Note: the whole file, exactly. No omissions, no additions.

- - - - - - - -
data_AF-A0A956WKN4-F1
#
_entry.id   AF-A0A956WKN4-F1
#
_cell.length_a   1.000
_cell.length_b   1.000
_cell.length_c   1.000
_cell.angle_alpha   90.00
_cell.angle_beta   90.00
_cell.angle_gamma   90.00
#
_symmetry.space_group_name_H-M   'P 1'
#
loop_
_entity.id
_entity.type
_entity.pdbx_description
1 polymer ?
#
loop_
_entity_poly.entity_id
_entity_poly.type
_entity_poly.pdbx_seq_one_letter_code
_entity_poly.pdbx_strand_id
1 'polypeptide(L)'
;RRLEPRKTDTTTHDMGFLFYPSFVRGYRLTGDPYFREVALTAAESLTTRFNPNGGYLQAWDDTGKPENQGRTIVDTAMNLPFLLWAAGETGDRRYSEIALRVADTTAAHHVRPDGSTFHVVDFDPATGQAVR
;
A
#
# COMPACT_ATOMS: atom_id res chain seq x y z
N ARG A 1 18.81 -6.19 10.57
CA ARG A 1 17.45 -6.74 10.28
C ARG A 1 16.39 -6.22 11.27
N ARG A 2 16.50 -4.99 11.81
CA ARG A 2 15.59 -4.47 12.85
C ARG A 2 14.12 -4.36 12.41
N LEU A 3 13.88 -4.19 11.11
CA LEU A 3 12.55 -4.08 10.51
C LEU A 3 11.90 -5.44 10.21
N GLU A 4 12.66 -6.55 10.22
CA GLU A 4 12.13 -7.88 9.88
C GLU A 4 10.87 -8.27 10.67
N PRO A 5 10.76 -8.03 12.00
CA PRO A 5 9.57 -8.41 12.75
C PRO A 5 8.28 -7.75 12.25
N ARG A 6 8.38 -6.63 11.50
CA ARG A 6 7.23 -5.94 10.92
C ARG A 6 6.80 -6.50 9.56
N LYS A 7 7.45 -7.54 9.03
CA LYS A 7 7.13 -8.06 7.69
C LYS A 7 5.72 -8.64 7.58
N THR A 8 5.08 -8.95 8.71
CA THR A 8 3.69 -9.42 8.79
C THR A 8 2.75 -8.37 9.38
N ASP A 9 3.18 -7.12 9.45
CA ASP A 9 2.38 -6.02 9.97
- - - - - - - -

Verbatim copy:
data_AF-A0A956WKN4-F1
#
_entry.id   AF-A0A956WKN4-F1
#
_cell.length_a   1.000
_cell.length_b   1.000
_cell.length_c   1.000
_cell.angle_alpha   90.00
_cell.angle_beta   90.00
_cell.angle_gamma   90.00
#
_symmetry.space_group_name_H-M   'P 1'
#
loop_
_entity.id
_entity.type
_entity.pdbx_description
1 polymer ?
#
loop_
_entity_poly.entity_id
_entity_poly.type
_entity_poly.pdbx_seq_one_letter_code
_entity_poly.pdbx_strand_id
1 'polypeptide(L)'
;RRLEPRKTDTTTHDMGFLFYPSFVRGYRLTGDPYFREVALTAAESLTTRFNPNGGYLQAWDDTGKPENQGRTIVDTAMNLPFLLWAAGETGDRRYSEIALRVADTTAAHHVRPDGSTFHVVDFDPATGQAVR
;
A
#
# COMPACT_ATOMS: atom_id res chain seq x y z
N ARG A 1 18.81 -6.19 10.57
CA ARG A 1 17.45 -6.74 10.28
C ARG A 1 16.39 -6.22 11.27
N ARG A 2 16.50 -4.99 11.81
CA ARG A 2 15.59 -4.47 12.85
C ARG A 2 14.12 -4.36 12.41
N LEU A 3 13.88 -4.19 11.11
CA LEU A 3 12.55 -4.08 10.51
C LEU A 3 11.90 -5.44 10.21
N GLU A 4 12.66 -6.55 10.22
CA GLU A 4 12.13 -7.88 9.88
C GLU A 4 10.87 -8.27 10.67
N PRO A 5 10.76 -8.03 12.00
CA PRO A 5 9.57 -8.41 12.75
C PRO A 5 8.28 -7.75 12.25
N ARG A 6 8.38 -6.63 11.50
CA ARG A 6 7.23 -5.94 10.92
C ARG A 6 6.80 -6.50 9.56
N LYS A 7 7.45 -7.54 9.03
CA LYS A 7 7.13 -8.06 7.69
C LYS A 7 5.72 -8.64 7.58
N THR A 8 5.08 -8.95 8.71
CA THR A 8 3.69 -9.42 8.79
C THR A 8 2.75 -8.37 9.38
N ASP A 9 3.18 -7.12 9.45
CA ASP A 9 2.38 -6.02 9.97